The Experience: This was Fashionably Nerdy’s first year hosting this event; but from the minute I saw it, I was excited to attend. As you can probably tell from my coverage of the Her Universe Fashion Show and more, I am all about nerd and geek fashion for women; and the ladies hosting this party are, too! So it was a total match. The event was hosted at the Manchester Grand Hyatt Grand Lobby Bar, and advertised as a way to meet the Fashionably Nerdy team and some great geek chic designers. Swag bags were promised for the first attendees, along with a raffle, and prizes for the best-dressed. Press commitments elsewhere kept me from arriving when it started, so I didn’t land a swag bag, but their list of designers and prizes was very impressive!

Given that this was a fashion party, I dressed in my geek best with the Loki dress from the Her Universe Hot Topic line, designed by the winners of last year’s SDCC Her Universe Fashion Show. I swung by after the party had been going for an hour, and the place was pretty packed! I somehow immediately honed in on and met the Fashionably Nerdy gals (it’s like a geek fashionista sixth sense!) and chatted with them, as well as with some of their friends, one of whom is a designer who had made one of the great geek dresses being worn, and had actually been one of the Fashion Show models as well. We all bonded over our shared love of geek fashion, and kept running into each other for the rest of the weekend after that, which was fun. Yay, new friends!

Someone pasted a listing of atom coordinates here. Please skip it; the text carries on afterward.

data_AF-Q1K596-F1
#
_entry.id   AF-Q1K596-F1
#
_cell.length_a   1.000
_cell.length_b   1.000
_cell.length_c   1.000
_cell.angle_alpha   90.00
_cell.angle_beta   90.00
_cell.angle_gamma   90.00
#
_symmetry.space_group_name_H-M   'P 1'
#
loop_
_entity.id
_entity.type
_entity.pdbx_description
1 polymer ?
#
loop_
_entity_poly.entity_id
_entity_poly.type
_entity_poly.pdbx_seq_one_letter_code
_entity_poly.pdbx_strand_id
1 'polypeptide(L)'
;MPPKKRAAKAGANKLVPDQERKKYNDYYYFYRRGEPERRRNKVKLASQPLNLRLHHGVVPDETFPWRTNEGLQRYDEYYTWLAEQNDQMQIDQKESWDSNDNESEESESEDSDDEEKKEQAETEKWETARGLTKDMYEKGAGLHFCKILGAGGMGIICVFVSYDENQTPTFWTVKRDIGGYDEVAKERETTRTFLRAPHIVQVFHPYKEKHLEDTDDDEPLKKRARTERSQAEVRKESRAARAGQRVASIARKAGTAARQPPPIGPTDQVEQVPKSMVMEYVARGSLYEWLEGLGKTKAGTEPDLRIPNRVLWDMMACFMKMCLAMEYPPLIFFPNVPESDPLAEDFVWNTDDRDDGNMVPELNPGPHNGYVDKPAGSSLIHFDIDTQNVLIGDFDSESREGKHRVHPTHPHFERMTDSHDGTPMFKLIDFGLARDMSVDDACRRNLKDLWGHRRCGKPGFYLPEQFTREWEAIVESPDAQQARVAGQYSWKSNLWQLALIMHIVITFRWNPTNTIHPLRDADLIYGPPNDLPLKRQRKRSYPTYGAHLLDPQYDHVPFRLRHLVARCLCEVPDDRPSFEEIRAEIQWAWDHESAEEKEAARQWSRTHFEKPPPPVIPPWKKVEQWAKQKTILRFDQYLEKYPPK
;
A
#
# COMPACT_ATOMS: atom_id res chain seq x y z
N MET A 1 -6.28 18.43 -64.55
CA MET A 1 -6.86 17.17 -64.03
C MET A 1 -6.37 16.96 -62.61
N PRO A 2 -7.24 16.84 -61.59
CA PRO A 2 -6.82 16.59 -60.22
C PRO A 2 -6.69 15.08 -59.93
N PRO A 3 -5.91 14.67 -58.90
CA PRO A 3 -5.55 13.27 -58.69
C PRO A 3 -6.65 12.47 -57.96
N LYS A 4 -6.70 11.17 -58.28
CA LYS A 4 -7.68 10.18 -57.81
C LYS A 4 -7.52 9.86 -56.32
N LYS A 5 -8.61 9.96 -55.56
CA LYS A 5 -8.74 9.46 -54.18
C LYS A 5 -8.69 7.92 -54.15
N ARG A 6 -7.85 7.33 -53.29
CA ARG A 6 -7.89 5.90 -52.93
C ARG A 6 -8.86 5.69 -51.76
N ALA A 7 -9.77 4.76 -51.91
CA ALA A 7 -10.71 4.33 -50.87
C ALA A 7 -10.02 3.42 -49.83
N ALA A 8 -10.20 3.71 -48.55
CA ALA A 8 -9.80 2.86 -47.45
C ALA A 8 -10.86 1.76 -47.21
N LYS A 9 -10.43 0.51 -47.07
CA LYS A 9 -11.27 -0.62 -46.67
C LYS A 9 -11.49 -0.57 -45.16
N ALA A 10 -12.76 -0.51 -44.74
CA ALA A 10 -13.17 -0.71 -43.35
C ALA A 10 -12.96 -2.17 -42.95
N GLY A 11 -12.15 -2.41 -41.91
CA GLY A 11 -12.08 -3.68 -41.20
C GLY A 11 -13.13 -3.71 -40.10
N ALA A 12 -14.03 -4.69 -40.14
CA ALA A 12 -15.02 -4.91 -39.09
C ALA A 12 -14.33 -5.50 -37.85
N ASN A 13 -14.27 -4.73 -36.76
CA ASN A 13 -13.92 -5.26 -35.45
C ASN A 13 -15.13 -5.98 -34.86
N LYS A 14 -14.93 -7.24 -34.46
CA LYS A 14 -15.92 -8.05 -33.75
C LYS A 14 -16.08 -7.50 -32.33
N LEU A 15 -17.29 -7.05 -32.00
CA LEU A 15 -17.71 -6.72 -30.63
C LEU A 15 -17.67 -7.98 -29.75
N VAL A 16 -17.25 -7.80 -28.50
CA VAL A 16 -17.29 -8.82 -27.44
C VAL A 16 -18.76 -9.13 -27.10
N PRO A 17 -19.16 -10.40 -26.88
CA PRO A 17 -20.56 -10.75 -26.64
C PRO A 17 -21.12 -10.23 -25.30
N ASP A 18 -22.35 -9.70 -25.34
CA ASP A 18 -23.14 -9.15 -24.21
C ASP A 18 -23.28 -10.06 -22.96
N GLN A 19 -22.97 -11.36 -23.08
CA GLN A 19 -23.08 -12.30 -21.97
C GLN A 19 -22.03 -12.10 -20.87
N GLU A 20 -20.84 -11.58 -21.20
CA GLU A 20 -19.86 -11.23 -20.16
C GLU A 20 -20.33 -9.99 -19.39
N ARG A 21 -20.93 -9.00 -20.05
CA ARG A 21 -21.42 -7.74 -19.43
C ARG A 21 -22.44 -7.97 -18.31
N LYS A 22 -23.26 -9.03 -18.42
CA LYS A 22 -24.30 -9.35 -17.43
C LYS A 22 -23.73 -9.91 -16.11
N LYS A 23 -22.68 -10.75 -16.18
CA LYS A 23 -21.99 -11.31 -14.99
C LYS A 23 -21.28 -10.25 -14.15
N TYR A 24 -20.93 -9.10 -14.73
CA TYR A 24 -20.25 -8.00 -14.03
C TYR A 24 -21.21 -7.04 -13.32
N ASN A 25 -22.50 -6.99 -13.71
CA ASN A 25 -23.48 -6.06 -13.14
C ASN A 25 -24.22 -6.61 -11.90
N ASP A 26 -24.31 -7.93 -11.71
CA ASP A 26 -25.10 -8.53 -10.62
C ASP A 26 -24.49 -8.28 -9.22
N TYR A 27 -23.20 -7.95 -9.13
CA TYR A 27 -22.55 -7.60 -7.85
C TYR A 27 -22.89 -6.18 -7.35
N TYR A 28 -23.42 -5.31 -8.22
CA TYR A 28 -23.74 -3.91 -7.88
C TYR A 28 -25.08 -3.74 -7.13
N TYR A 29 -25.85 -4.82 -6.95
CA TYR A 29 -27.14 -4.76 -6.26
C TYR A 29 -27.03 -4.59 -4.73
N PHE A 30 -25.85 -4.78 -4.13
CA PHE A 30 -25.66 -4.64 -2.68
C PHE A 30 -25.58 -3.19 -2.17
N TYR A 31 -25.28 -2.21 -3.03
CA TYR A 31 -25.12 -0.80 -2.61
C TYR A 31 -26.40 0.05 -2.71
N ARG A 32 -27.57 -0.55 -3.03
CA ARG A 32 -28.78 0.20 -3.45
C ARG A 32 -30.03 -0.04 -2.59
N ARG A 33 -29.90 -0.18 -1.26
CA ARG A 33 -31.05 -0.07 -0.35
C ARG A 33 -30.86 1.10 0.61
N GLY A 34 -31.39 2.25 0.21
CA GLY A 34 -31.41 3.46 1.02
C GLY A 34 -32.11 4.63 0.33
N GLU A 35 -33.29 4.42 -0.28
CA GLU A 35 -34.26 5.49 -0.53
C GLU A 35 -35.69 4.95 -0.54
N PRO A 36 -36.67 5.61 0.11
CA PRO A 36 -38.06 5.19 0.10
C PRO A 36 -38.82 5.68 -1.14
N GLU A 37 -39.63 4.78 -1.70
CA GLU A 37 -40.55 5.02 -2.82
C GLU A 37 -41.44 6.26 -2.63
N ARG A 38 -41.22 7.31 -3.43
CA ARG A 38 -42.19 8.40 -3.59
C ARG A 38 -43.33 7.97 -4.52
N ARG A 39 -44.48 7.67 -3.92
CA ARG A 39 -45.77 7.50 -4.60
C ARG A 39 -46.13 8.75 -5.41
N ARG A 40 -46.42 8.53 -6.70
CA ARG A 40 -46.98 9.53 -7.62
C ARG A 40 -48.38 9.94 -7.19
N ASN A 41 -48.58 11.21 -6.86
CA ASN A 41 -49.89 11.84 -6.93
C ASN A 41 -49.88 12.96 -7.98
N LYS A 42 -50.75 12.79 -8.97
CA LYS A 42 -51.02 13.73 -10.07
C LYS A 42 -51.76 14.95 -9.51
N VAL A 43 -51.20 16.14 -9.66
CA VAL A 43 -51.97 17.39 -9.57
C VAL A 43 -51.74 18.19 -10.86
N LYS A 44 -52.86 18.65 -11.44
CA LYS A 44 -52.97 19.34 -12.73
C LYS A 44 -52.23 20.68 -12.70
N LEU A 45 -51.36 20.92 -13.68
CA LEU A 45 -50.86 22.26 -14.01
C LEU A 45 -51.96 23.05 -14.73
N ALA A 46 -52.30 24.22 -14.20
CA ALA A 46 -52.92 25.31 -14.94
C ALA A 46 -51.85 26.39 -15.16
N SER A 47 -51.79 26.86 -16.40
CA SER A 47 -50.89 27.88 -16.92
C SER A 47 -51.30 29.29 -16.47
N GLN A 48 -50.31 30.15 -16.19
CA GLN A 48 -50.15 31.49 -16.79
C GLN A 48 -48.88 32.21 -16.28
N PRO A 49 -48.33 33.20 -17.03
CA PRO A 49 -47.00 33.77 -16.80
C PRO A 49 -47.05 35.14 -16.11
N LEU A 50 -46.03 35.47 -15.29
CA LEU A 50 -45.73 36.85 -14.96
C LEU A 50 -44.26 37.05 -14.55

Speaking of the Fashion Show, the Loki dress a good choice of attire, because I got many compliments! Despite the fact that the line was on my radar from the get-go, several people at the party had never seen the dress and wanted to know where I got it. I was happy to be able to tell them Ashley Eckstein had just announced that the sold-out line is coming back; and this was clearly the right crowd to be interested in news like that. After I met a few folks, I settled in for some food and drink, because whoo, I was starving! Over shrimp tacos I made friends with other like-minded geeks, chatting about, e.g., some of the difficulties and discrimination we’d encountered as women who are into video gaming; and the fun we have in sneaking geek couture into our daily work wardrobes. As the event wound down, I was happy to unexpectedly get one of the cute prizes they were handing out to some attendees – a great glittery Flash hairclip from Accessories by Nerd Girl Britt that I’ll surely wear somewhere. All-in-all, it was a really fun event! I hope to go again next year, and have been assured that planning is already in the works! As this year’s event wrapped up, I headed over to…